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Foreign-born Air Force recruits can become U.S. citizens during basic training

Airman 1st Class Joshua Garamfel, originally from Micronesia, is awarded an Airman's coin at the end of Basic Military Training at Joint Base San Antonio - Lackland on July 12. Garamfel was one of 18 new citizen-graduates.
Vanessa Adame, 37th Training Wing Public Affairs
Airman 1st Class Joshua Garamfel, originally from Micronesia, is awarded an Airman's coin at the end of Basic Military Training at Joint Base San Antonio - Lackland on July 12. Garamfel was one of 18 new citizen-graduates.

Most of the military has restarted a program that allows green card holders to become U.S. citizens faster if they enlist. Trainees can start and finish the naturalization process during basic training. The change comes at a time when the military is having trouble attracting recruits and retaining those already in uniform.

On a sweltering July morning at Joint Base San Antonio-Lackland, rows of Air Force trainees marched onto the drill pad of an open-air stadium. Families were perched in the stands, craning to identify their loved ones in the sea of blue uniforms.

After seven and a half weeks of early morning workouts, chow hall food and loud drill instructors, all of the new recruits were set to graduate from basic military training. But 18 of them were taking an even bigger step.

A partnership between the Department of Defense and Department of Homeland Security allows active duty service members with green cards to become citizens during basic training.

“We have a special opportunity to recognize a significant achievement,” said Master Sgt. Blake Elliott over the loudspeaker. “When applicants take the oath of allegiance to the U.S. Constitution, they become American citizens.”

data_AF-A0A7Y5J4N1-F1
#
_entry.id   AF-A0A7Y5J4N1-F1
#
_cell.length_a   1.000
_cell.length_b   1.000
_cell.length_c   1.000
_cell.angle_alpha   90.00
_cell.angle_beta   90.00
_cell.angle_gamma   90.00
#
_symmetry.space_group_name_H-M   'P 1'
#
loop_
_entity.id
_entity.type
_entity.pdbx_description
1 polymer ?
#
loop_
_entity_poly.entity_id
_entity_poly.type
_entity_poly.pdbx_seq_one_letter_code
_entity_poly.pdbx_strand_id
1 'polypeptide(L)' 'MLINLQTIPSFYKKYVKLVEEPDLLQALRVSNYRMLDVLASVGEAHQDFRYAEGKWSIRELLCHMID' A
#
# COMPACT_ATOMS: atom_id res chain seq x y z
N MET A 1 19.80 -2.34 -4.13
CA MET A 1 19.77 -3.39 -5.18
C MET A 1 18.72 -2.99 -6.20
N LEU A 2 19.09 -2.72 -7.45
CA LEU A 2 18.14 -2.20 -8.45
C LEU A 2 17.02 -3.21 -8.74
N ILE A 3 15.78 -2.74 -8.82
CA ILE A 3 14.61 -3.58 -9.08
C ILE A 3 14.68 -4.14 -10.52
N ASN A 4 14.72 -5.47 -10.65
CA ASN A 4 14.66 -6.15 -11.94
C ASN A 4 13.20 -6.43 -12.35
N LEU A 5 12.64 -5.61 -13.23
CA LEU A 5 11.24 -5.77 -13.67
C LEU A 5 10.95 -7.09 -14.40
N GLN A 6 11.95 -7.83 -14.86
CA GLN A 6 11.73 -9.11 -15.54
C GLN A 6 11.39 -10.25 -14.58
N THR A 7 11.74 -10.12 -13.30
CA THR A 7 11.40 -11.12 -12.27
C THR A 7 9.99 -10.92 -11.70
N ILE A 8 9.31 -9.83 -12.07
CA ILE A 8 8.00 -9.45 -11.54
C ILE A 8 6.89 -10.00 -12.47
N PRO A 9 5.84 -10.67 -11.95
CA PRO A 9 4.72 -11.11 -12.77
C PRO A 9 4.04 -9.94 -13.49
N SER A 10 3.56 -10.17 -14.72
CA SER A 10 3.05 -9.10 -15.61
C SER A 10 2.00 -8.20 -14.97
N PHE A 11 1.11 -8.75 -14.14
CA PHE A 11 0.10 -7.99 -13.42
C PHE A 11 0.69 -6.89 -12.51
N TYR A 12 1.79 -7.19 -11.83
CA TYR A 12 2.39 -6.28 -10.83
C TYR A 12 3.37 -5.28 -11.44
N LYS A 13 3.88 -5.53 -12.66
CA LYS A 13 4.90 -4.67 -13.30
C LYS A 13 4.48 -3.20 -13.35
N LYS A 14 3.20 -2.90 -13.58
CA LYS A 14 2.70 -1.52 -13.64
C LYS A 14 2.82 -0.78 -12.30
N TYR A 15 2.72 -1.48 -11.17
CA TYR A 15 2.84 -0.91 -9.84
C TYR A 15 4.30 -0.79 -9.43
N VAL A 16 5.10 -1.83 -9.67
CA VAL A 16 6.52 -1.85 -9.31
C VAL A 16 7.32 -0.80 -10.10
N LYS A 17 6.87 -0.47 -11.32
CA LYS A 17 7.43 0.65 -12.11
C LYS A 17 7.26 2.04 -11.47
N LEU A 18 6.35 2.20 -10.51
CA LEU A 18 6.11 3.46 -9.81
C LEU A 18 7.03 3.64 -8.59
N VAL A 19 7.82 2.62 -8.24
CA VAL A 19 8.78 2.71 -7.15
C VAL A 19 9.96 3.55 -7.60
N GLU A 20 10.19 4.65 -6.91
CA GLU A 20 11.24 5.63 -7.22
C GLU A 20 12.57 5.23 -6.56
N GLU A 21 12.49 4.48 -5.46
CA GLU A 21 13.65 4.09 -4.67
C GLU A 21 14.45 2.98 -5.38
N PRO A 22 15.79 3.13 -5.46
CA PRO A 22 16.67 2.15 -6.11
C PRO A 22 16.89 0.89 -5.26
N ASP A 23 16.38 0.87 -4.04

Trainees from Nepal, Palau, the Philippines, Kenya, Cameroon, Jamaica, Ghana, Togo, Ecuador, Uganda, Malawi, the United Kingdom, Samoa, Micronesia and Mexico each stepped forward to accept coins signifying their transition into the broader Air Force.

To be eligible for naturalization, trainees must pass a background check, an English and civics test, and a personal interview to demonstrate high moral character.

“It's a little bit overwhelming,” said Joshua Garamfel, 29, one of the new citizen-graduates. “ I'm still processing it right now. But it's thrilling. I think I'm just in the moment.”

Originally from the island of Yap, part of the Federated States of Micronesia, Garamfel joined the military to better provide for his growing family. He lived on Guam for nearly a decade, where he studied culinary arts and worked in the hospitality industry. But when COVID-19 hit, everything changed.

“I realized how fragile the tourism industry was and how I was the first one out of a job when the tourism industry basically collapsed,” he said.

Had Garamfel tried for U.S. citizenship as a civilian, the naturalization process could have taken months or years. But through the military, it took just a few weeks during basic training.